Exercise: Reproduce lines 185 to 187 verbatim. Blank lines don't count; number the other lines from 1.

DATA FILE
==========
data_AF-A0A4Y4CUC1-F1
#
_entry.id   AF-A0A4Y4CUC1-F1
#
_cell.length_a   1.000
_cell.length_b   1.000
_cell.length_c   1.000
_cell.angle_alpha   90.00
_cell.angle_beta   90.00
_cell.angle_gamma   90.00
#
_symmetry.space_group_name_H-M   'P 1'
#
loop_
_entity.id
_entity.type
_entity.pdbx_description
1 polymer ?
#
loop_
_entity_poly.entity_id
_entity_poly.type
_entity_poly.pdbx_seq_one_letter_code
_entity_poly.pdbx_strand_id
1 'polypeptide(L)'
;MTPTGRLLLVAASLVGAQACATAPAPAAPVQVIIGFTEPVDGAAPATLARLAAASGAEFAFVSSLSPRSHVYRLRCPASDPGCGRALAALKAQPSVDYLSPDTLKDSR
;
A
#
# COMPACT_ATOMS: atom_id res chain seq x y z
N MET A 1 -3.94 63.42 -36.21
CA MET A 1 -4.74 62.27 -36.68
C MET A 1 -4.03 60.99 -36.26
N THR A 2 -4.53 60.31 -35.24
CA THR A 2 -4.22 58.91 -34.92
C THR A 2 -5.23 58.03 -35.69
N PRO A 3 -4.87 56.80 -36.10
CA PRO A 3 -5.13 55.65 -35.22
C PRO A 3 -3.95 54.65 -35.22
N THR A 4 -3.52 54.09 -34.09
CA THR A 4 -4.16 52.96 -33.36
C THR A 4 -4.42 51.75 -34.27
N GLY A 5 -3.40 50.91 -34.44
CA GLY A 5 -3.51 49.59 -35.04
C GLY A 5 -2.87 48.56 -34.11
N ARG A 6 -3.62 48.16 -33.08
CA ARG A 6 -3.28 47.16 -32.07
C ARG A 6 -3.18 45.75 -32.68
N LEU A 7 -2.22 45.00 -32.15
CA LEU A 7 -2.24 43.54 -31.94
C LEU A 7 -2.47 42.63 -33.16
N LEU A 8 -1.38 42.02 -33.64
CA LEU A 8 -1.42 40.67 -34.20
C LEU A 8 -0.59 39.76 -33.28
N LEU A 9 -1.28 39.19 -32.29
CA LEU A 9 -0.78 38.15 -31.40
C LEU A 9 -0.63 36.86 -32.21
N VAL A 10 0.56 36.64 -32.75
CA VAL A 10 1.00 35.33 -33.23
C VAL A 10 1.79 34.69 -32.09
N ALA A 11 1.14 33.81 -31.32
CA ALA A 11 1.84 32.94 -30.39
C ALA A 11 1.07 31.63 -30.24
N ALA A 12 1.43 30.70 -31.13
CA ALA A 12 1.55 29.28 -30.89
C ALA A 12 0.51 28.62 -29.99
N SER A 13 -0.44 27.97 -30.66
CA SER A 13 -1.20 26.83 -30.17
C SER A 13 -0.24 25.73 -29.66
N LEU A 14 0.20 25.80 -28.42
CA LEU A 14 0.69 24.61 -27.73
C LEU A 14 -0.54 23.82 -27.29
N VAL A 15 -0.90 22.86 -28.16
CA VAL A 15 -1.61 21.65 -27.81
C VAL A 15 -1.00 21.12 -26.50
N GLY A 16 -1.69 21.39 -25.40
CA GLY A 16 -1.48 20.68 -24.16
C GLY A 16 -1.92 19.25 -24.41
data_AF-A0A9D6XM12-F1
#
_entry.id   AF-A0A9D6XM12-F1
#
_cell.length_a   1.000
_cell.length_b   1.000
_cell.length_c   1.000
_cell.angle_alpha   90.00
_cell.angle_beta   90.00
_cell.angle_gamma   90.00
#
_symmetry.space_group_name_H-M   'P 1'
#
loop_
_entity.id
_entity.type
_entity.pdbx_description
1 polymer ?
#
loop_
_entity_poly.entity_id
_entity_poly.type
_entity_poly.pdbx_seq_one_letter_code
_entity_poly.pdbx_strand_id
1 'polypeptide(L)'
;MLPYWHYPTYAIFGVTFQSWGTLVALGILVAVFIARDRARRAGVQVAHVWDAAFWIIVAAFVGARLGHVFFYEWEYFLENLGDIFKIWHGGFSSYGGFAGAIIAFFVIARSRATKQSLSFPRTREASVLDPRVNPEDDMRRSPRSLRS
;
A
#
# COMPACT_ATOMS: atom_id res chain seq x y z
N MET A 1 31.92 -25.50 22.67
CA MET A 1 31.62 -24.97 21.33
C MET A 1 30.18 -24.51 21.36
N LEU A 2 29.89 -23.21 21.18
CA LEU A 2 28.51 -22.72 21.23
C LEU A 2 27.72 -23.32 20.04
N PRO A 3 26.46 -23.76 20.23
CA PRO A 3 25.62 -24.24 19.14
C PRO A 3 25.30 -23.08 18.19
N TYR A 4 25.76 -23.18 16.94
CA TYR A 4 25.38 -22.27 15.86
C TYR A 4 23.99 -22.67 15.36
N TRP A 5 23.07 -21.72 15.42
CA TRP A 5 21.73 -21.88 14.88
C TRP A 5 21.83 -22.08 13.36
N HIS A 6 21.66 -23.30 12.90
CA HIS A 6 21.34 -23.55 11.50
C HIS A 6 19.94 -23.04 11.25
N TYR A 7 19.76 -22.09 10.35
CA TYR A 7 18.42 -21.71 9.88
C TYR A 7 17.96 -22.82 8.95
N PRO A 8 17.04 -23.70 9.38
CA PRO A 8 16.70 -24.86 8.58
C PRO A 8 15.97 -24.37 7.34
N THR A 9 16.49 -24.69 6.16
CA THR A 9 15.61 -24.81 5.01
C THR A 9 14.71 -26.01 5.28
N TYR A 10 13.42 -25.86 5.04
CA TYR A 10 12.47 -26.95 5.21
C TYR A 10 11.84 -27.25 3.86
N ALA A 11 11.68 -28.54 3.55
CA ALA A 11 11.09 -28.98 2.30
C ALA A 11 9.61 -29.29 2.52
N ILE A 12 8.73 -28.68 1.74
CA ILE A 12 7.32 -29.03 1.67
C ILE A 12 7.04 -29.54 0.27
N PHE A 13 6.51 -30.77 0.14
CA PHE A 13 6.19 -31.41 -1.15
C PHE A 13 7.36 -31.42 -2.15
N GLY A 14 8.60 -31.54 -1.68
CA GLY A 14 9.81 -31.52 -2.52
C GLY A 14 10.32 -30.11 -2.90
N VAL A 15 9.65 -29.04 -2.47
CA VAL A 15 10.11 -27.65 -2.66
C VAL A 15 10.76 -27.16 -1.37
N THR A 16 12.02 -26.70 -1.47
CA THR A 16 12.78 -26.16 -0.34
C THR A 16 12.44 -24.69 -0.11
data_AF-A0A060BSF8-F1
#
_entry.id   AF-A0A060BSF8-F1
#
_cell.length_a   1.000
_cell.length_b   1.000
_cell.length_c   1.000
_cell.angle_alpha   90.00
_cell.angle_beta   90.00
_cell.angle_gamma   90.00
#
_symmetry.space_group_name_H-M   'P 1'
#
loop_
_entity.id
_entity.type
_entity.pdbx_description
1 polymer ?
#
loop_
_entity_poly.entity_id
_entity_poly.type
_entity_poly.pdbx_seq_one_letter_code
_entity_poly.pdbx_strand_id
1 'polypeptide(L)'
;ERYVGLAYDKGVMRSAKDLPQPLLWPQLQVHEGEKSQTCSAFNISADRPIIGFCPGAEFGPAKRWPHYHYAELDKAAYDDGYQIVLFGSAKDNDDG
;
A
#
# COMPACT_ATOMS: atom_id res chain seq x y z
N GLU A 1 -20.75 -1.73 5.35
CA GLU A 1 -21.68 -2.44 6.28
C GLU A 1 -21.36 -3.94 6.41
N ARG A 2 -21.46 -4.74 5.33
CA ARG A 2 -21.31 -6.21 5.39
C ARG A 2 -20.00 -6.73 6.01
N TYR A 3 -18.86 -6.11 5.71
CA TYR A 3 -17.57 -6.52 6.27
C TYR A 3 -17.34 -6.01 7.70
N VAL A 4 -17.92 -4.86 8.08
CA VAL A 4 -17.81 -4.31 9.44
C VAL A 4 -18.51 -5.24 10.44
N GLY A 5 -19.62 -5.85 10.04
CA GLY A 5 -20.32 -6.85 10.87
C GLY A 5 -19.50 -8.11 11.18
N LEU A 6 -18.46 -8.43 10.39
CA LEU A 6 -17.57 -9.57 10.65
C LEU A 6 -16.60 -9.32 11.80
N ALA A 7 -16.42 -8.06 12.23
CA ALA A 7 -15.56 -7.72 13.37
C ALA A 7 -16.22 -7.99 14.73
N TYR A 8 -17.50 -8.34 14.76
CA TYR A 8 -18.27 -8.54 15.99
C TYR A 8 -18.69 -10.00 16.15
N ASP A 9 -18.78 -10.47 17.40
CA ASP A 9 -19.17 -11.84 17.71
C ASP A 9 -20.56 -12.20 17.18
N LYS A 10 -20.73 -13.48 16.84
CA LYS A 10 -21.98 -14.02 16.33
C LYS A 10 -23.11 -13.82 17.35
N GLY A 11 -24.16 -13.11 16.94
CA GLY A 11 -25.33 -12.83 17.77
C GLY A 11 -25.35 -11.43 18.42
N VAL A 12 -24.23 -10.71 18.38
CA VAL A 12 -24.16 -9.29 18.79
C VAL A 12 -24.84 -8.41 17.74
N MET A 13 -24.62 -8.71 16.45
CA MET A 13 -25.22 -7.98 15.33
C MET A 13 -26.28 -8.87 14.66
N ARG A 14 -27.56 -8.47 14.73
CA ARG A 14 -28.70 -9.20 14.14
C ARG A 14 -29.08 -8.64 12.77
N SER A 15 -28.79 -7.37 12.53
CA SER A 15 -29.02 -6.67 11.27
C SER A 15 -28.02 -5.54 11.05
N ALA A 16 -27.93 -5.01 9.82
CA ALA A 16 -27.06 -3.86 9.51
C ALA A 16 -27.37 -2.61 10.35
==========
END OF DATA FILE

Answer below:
#
# COMPACT_ATOMS: atom_id res chain seq x y z
N GLU A 1 -20.75 -1.73 5.35